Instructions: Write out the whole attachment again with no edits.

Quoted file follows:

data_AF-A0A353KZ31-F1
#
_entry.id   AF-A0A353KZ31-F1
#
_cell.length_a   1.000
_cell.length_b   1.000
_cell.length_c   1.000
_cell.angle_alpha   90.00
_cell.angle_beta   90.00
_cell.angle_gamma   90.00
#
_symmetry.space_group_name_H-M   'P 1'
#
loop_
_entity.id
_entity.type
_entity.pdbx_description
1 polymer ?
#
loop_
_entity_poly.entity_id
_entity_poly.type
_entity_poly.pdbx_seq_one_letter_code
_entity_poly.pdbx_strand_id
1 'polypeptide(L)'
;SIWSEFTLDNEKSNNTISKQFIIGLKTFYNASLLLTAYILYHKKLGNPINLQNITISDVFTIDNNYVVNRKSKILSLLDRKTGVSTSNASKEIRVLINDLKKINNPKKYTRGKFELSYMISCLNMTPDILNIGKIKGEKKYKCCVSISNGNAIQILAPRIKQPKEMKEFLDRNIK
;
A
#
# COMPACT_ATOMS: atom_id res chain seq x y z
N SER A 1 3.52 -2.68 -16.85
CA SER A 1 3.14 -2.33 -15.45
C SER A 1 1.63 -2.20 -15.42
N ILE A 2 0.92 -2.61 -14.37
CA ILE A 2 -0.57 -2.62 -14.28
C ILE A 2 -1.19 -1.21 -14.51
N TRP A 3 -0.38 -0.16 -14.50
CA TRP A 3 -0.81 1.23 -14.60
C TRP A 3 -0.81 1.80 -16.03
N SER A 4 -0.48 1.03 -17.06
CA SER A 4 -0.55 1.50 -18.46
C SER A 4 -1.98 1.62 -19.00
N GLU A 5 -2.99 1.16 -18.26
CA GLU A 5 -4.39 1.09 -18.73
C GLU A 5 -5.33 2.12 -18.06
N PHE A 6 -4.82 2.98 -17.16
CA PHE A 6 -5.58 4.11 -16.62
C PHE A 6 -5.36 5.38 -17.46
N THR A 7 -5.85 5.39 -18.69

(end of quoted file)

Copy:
data_AF-A0A353KZ31-F1
#
_entry.id   AF-A0A353KZ31-F1
#
_cell.length_a   1.000
_cell.length_b   1.000
_cell.length_c   1.000
_cell.angle_alpha   90.00
_cell.angle_beta   90.00
_cell.angle_gamma   90.00
#
_symmetry.space_group_name_H-M   'P 1'
#
loop_
_entity.id
_entity.type
_entity.pdbx_description
1 polymer ?
#
loop_
_entity_poly.entity_id
_entity_poly.type
_entity_poly.pdbx_seq_one_letter_code
_entity_poly.pdbx_strand_id
1 'polypeptide(L)'
;SIWSEFTLDNEKSNNTISKQFIIGLKTFYNASLLLTAYILYHKKLGNPINLQNITISDVFTIDNNYVVNRKSKILSLLDRKTGVSTSNASKEIRVLINDLKKINNPKKYTRGKFELSYMISCLNMTPDILNIGKIKGEKKYKCCVSISNGNAIQILAPRIKQPKEMKEFLDRNIK
;
A
#
# COMPACT_ATOMS: atom_id res chain seq x y z
N SER A 1 3.52 -2.68 -16.85
CA SER A 1 3.14 -2.33 -15.45
C SER A 1 1.63 -2.20 -15.42
N ILE A 2 0.92 -2.61 -14.37
CA ILE A 2 -0.57 -2.62 -14.28
C ILE A 2 -1.19 -1.21 -14.51
N TRP A 3 -0.38 -0.16 -14.50
CA TRP A 3 -0.81 1.23 -14.60
C TRP A 3 -0.81 1.80 -16.03
N SER A 4 -0.48 1.03 -17.06
CA SER A 4 -0.55 1.50 -18.46
C SER A 4 -1.98 1.62 -19.00
N GLU A 5 -2.99 1.16 -18.26
CA GLU A 5 -4.39 1.09 -18.73
C GLU A 5 -5.33 2.12 -18.06
N PHE A 6 -4.82 2.98 -17.16
CA PHE A 6 -5.58 4.11 -16.62
C PHE A 6 -5.36 5.38 -17.46
N THR A 7 -5.85 5.39 -18.69